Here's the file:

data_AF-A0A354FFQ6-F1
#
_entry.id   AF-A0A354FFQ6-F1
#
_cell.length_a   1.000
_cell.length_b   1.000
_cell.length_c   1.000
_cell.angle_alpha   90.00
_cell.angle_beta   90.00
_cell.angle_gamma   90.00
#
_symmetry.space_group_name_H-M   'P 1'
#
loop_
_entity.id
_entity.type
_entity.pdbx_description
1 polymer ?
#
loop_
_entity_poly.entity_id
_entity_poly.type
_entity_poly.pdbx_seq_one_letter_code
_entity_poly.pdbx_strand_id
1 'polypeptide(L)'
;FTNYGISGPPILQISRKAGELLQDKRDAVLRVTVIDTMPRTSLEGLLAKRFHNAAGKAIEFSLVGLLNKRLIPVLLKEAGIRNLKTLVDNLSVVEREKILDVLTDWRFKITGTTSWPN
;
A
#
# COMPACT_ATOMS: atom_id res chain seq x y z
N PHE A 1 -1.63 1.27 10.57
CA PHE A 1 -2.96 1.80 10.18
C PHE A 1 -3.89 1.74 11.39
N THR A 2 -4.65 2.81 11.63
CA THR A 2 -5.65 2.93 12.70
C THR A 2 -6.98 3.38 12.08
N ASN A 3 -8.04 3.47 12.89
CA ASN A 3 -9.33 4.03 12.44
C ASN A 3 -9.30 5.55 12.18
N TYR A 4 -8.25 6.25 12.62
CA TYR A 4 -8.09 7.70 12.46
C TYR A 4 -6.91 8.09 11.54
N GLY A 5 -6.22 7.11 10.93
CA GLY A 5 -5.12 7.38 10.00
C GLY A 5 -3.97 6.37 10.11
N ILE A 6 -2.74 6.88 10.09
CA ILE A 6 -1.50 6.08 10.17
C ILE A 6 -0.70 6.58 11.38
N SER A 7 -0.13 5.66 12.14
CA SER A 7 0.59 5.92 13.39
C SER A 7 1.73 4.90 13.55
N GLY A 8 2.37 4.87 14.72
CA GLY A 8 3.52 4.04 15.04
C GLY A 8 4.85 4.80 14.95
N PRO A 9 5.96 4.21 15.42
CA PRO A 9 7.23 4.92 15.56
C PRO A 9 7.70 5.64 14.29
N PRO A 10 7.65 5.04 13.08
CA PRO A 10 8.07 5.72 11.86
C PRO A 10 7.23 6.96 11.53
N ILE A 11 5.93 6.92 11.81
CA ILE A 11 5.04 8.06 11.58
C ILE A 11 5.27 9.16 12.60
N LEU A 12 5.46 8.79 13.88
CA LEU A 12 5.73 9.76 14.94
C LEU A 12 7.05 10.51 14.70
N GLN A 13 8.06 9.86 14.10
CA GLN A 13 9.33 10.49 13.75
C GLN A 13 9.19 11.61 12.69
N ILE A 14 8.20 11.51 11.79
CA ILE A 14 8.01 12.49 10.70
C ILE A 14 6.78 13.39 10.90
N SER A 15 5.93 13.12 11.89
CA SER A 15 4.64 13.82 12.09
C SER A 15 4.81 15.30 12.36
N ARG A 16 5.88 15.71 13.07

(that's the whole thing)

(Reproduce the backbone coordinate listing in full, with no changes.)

data_AF-A0A354FFQ6-F1
#
_entry.id   AF-A0A354FFQ6-F1
#
_cell.length_a   1.000
_cell.length_b   1.000
_cell.length_c   1.000
_cell.angle_alpha   90.00
_cell.angle_beta   90.00
_cell.angle_gamma   90.00
#
_symmetry.space_group_name_H-M   'P 1'
#
loop_
_entity.id
_entity.type
_entity.pdbx_description
1 polymer ?
#
loop_
_entity_poly.entity_id
_entity_poly.type
_entity_poly.pdbx_seq_one_letter_code
_entity_poly.pdbx_strand_id
1 'polypeptide(L)'
;FTNYGISGPPILQISRKAGELLQDKRDAVLRVTVIDTMPRTSLEGLLAKRFHNAAGKAIEFSLVGLLNKRLIPVLLKEAGIRNLKTLVDNLSVVEREKILDVLTDWRFKITGTTSWPN
;
A
#
# COMPACT_ATOMS: atom_id res chain seq x y z
N PHE A 1 -1.63 1.27 10.57
CA PHE A 1 -2.96 1.80 10.18
C PHE A 1 -3.89 1.74 11.39
N THR A 2 -4.65 2.81 11.63
CA THR A 2 -5.65 2.93 12.70
C THR A 2 -6.98 3.38 12.08
N ASN A 3 -8.04 3.47 12.89
CA ASN A 3 -9.33 4.03 12.44
C ASN A 3 -9.30 5.55 12.18
N TYR A 4 -8.25 6.25 12.62
CA TYR A 4 -8.09 7.70 12.46
C TYR A 4 -6.91 8.09 11.54
N GLY A 5 -6.22 7.11 10.93
CA GLY A 5 -5.12 7.38 10.00
C GLY A 5 -3.97 6.37 10.11
N ILE A 6 -2.74 6.88 10.09
CA ILE A 6 -1.50 6.08 10.17
C ILE A 6 -0.70 6.58 11.38
N SER A 7 -0.13 5.66 12.14
CA SER A 7 0.59 5.92 13.39
C SER A 7 1.73 4.90 13.55
N GLY A 8 2.37 4.87 14.72
CA GLY A 8 3.52 4.04 15.04
C GLY A 8 4.85 4.80 14.95
N PRO A 9 5.96 4.21 15.42
CA PRO A 9 7.23 4.92 15.56
C PRO A 9 7.70 5.64 14.29
N PRO A 10 7.65 5.04 13.08
CA PRO A 10 8.07 5.72 11.86
C PRO A 10 7.23 6.96 11.53
N ILE A 11 5.93 6.92 11.81
CA ILE A 11 5.04 8.06 11.58
C ILE A 11 5.27 9.16 12.60
N LEU A 12 5.46 8.79 13.88
CA LEU A 12 5.73 9.76 14.94
C LEU A 12 7.05 10.51 14.70
N GLN A 13 8.06 9.86 14.10
CA GLN A 13 9.33 10.49 13.75
C GLN A 13 9.19 11.61 12.69
N ILE A 14 8.20 11.51 11.79
CA ILE A 14 8.01 12.49 10.70
C ILE A 14 6.78 13.39 10.90
N SER A 15 5.93 13.12 11.89
CA SER A 15 4.64 13.82 12.09
C SER A 15 4.81 15.30 12.36
N ARG A 16 5.88 15.71 13.07